Thursday night on the 10 p.m. newscast, we talked a little bit more about what is forecast to become one of the strongest El Nino episodes on record. Some are calling it a Godzilla. Lots of jokes to be made and even some asking if the change in water temperatures can have that much impact on the weather patterns across the United States.
El Nino is not something that comes and goes away in a month or two. It takes several months for it to develop and will take just that long or longer for it to dissipate. So it will be around for the upcoming winter and into early Spring 2016. This is just one variable in making a seasonal forecast. There will be other factors for us to consider when trying to figure out what lies ahead for the winter season.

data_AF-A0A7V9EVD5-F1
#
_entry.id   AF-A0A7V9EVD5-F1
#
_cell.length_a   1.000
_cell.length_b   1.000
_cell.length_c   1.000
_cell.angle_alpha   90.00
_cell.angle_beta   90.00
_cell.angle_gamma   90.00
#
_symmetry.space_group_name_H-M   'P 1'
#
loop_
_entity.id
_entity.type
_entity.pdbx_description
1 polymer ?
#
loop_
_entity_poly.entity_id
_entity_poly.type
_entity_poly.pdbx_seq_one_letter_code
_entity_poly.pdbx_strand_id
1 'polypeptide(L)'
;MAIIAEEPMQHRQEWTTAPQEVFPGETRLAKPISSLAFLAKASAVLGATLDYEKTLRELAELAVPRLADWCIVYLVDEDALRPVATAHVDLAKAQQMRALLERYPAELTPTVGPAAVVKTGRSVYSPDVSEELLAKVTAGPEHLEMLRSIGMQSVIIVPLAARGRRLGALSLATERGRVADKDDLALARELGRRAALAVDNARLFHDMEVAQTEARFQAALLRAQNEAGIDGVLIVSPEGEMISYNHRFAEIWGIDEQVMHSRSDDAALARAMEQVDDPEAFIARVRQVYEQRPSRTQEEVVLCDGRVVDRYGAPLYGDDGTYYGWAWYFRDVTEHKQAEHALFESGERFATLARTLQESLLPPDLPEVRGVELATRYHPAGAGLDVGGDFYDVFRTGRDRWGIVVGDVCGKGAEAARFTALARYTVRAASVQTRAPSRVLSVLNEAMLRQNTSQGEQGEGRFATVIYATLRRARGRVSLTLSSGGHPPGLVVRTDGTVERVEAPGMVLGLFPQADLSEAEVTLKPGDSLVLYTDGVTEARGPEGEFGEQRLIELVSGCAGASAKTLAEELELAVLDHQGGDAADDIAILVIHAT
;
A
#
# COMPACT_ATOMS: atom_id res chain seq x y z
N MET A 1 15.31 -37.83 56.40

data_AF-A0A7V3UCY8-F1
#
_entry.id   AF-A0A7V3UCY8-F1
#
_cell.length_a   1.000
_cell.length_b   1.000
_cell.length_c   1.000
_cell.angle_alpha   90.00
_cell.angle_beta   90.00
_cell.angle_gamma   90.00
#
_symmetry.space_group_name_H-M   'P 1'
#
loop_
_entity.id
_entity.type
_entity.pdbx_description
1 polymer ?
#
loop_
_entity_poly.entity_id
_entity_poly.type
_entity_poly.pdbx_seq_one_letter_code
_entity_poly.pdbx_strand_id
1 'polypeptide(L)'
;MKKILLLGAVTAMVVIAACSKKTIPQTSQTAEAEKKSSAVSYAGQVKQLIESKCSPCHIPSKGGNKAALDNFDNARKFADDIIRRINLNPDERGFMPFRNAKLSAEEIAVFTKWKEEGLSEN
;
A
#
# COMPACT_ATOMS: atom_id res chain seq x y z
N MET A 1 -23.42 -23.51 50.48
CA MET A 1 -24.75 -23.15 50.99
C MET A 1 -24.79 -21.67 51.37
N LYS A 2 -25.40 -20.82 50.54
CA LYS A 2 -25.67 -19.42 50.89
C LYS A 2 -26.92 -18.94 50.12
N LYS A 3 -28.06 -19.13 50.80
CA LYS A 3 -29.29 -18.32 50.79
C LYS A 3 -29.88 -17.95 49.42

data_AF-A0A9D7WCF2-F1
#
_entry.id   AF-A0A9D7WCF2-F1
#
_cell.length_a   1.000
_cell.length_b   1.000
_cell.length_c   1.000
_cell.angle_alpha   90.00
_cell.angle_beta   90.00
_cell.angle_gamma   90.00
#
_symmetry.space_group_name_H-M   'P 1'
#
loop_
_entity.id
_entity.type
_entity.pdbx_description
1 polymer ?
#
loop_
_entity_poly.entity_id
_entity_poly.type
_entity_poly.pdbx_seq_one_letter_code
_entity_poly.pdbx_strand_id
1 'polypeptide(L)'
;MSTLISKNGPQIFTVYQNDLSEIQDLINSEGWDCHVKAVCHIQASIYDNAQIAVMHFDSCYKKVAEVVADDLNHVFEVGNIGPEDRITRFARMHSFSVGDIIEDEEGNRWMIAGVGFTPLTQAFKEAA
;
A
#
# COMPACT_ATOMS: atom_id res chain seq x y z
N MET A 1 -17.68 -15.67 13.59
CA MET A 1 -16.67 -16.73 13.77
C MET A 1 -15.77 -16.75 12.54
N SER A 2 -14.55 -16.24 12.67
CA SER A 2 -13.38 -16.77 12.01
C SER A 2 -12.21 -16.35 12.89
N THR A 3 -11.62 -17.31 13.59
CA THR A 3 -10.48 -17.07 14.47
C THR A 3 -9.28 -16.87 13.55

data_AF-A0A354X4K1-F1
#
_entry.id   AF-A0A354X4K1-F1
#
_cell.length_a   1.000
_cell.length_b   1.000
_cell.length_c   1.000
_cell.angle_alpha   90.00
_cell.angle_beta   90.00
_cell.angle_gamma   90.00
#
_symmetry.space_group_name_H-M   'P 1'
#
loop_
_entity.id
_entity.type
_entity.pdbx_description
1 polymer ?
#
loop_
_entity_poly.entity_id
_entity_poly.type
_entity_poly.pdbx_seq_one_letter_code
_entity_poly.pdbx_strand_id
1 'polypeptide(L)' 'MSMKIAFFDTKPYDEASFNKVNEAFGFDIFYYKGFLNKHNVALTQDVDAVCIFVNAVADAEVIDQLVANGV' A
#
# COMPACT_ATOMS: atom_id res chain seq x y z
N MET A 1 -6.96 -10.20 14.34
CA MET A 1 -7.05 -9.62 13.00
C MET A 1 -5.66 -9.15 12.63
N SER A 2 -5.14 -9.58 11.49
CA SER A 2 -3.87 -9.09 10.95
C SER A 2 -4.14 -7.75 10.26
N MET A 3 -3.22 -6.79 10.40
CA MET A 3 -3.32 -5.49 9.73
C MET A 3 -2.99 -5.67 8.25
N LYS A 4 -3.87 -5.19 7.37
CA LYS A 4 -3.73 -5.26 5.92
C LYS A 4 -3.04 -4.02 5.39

El Nino influence favors a stormy and wet southern branch of the jet stream (referred to as the subtropical jet) while the Polar jet stream (shown in blue) favors dry weather around the Great Lakes with warmer than normal temperatures in the Pacific Northwest.
This current El Nino is being compared to the one in 1997-98 and in that winter, we had some very heavy snows. That doesn't mean we will get a ton of snow this winter, but does give some indication of what could happen with this warm water influence on the fall and winter pattern.